Victoria Marie Page. 23.03.16.
A friend and I were speaking last week. After recent break ups, disappointing flings, and frustrations with men as partners, we decided we wanted to see if things were any different, or really any better, if we turned our attention to women. We gave each other the task of going on a date with a woman in the next month and even opened up a Tinder account to see what women are “out there.” As I pondered on this later that evening, I realised that I am totally unprepared for dating a woman. Not because I’m inexperienced in this field, but because suddenly I wondered if, woman to woman, I could still expect her to be the one to “make the moves,” to lead, to be the one to give compliments, to go in for a kiss? I realised in that moment that “passivity” has been so well embedded in how I act as a woman in my relationships with men. The thought of being the one to initiate the advances intimidates and frightens me hugely. I expect men to come on to me, for me to decide whether or not I like them, for me to refuse or reject, and I sit back and wait for men’s advances. I wait, expect it, and more often than not, it comes.
But what if I were to see someone, or know someone, decide I like them and be the one to make the first moves? Right now I wouldn’t even know where to begin. And it dawns on me what men really have to go through, how much pressure this puts on them, and how disempowered I feel to do the same thing. Of course I have my ways: subtle looks, smiles and body language that let another person know I am at least receptive to them – but this remains a passive way of engaging.
Passivity, many have argued, is an innate quality of women, while men are more aggressive. But more and more women dispel this myth, challenging this stereotype and grabbing the world and what they want from it with both hands. And clearly men are not all aggressive: more and more examples of men as caring, supporting and nurturing individuals are emerging. I see myself as a woman who is independent, active, and decides what she wants in life and goes for it. I’ve travelled on my own throughout the world, gone against the grain of my family to pursue education, and one day decided I wanted to be a dancer without any experience – and went for it. I see a challenge and it excites me. I am in my everyday, non-romantic life much more the aggressor than passive. I know how to be a “man” until faced with a “man”, when I suddenly become a “woman.” I am mocking these gender stereotypes here. But the point is, there is a sudden shift in who I am and how I am when confronted with a prospective or actual male partner. I de-activate myself and let him take the lead. But why?
The theories we could use to answer this question are endless. Psychoanalysis would say it’s down to my relationship with my parents. Others would say this is the natural order of things, it’s an effect of patriarchy, it’s my own individual failing, or it’s an outcome of unequal relations in a capitalist world. Most now recognize how we are socialized into what it means to be a “woman” or a “man”, into masculine and feminine gender roles. We are, through the media, advertising, school, families, the government, and endless numbers of institutions, told how to act. For each person these influences differ, but there remains an overarching sense that as women in heterosexual relationships we put our partner and our families before ourselves. We take a back seat and let them lead.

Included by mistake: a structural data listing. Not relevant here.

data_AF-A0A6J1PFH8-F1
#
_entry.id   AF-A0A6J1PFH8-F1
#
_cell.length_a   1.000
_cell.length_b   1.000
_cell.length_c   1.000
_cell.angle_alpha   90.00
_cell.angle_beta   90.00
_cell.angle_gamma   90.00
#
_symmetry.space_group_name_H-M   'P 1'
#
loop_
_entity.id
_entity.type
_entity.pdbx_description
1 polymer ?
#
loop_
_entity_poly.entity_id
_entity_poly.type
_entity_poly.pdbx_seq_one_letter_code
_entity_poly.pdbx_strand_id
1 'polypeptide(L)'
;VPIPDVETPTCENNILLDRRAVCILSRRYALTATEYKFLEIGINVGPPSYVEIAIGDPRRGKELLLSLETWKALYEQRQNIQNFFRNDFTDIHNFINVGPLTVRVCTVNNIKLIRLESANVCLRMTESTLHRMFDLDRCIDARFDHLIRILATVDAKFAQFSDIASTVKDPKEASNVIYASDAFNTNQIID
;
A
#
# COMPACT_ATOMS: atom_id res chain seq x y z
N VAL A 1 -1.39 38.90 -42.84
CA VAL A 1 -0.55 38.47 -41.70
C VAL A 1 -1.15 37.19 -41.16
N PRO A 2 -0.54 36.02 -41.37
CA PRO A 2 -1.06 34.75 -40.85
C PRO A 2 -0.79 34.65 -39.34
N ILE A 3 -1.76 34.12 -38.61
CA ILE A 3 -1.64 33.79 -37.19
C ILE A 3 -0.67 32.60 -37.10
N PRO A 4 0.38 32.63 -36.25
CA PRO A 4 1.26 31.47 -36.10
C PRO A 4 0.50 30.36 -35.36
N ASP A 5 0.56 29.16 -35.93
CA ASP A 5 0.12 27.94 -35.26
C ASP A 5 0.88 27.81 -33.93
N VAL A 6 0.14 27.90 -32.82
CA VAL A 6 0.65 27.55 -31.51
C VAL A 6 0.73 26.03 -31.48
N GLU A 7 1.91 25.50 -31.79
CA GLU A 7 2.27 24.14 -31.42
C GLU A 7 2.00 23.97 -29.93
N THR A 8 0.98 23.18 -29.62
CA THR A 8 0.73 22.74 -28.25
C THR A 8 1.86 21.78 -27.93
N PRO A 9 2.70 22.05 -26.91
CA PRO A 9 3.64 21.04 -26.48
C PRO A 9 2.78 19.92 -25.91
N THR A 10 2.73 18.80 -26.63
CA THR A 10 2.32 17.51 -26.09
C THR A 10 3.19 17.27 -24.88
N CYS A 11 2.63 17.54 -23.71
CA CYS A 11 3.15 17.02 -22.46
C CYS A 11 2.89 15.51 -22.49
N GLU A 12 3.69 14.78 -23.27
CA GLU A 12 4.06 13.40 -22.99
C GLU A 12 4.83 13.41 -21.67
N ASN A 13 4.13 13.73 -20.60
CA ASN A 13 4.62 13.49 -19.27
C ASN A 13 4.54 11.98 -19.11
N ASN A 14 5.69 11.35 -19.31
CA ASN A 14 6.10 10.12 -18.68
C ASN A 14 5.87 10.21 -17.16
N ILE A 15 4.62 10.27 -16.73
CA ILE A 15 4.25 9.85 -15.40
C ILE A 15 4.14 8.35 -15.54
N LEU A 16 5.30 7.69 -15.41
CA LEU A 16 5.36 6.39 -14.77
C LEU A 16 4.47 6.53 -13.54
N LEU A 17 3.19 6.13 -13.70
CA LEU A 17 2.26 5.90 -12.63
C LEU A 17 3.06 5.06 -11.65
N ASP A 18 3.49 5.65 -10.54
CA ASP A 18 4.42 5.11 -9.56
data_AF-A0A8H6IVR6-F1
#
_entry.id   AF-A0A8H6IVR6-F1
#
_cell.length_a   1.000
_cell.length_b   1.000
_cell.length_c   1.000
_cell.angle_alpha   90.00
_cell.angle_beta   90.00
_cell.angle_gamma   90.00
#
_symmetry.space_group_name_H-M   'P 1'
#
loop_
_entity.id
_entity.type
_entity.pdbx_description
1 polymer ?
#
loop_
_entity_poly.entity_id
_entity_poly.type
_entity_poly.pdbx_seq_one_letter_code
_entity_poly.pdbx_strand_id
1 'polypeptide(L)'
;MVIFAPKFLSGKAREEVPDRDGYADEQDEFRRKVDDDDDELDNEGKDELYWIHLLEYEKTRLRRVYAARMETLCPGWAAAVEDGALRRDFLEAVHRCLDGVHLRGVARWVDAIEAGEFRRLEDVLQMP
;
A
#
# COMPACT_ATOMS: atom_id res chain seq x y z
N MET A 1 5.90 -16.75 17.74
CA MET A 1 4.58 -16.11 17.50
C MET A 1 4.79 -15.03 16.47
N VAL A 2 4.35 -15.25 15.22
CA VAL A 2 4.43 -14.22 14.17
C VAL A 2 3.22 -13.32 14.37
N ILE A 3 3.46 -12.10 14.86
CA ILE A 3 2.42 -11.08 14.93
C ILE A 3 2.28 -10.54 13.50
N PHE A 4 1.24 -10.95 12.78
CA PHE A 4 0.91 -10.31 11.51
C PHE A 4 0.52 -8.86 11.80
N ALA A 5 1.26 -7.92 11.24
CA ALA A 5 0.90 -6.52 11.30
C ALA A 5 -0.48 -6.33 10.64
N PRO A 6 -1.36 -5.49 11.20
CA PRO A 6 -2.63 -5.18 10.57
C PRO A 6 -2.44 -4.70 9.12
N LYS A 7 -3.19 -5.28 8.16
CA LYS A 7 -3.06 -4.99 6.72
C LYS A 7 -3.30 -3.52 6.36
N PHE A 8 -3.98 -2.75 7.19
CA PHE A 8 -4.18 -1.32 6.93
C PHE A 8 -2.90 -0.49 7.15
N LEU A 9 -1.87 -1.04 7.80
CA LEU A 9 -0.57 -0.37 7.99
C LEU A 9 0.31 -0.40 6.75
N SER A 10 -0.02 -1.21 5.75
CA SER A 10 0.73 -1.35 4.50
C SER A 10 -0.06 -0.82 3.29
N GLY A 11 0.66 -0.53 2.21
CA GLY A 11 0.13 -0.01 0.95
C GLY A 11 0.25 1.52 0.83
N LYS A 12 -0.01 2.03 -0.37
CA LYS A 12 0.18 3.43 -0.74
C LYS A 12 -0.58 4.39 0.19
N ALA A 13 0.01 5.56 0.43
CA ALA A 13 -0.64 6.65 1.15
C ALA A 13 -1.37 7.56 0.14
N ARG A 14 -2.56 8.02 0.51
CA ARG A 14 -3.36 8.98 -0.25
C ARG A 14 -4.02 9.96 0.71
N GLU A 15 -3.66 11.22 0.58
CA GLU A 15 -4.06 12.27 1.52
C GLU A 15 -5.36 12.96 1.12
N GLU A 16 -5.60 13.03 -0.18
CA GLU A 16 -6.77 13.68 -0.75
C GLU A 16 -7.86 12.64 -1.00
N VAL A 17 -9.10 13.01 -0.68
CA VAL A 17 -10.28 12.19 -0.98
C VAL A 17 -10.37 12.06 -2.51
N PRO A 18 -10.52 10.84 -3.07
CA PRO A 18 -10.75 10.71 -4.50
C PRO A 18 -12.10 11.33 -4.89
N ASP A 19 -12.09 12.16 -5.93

It doesn’t take a long review of my past relationships to see that this has been a common characteristic of mine. A part of me suddenly disappears. I hold on to the validation that being in a relationship, of the possibility of someone wanting to marry and have children with me, gives. I do not question whether or not it is right for me; if I do at some point see that I am not happy in the relationship, I see the problem with myself and try to adapt, to become happy. I wait for them to decide it is no longer working for them. What would it be like if I started to take the lead, to take the initiative to decide and act on feelings of attraction or unhappiness? What if all girls grew up knowing they could also be the ones to take the lead? What if we didn’t put everything in boys and men’s hands? Would this lead to more equal and empowered relationships? What if men didn’t see women as something to ‘get,’ to ‘obtain,’ and what if we didn’t see women who are romantically assertive with men as promiscuous?
I still haven’t dated a woman and I don’t know whether I ever will, but either way, I realise I have sold myself and all my partners short by being ‘passive.’ This is not me as I see myself, so why should I become less than myself just because I am in a relationship? Being assertive may get me called names, it may make some men feel challenged – but this is little in comparison to a future of more equal relationships, and as women, we need to take this lead.
Image from: http://www.famemagazine.co.uk/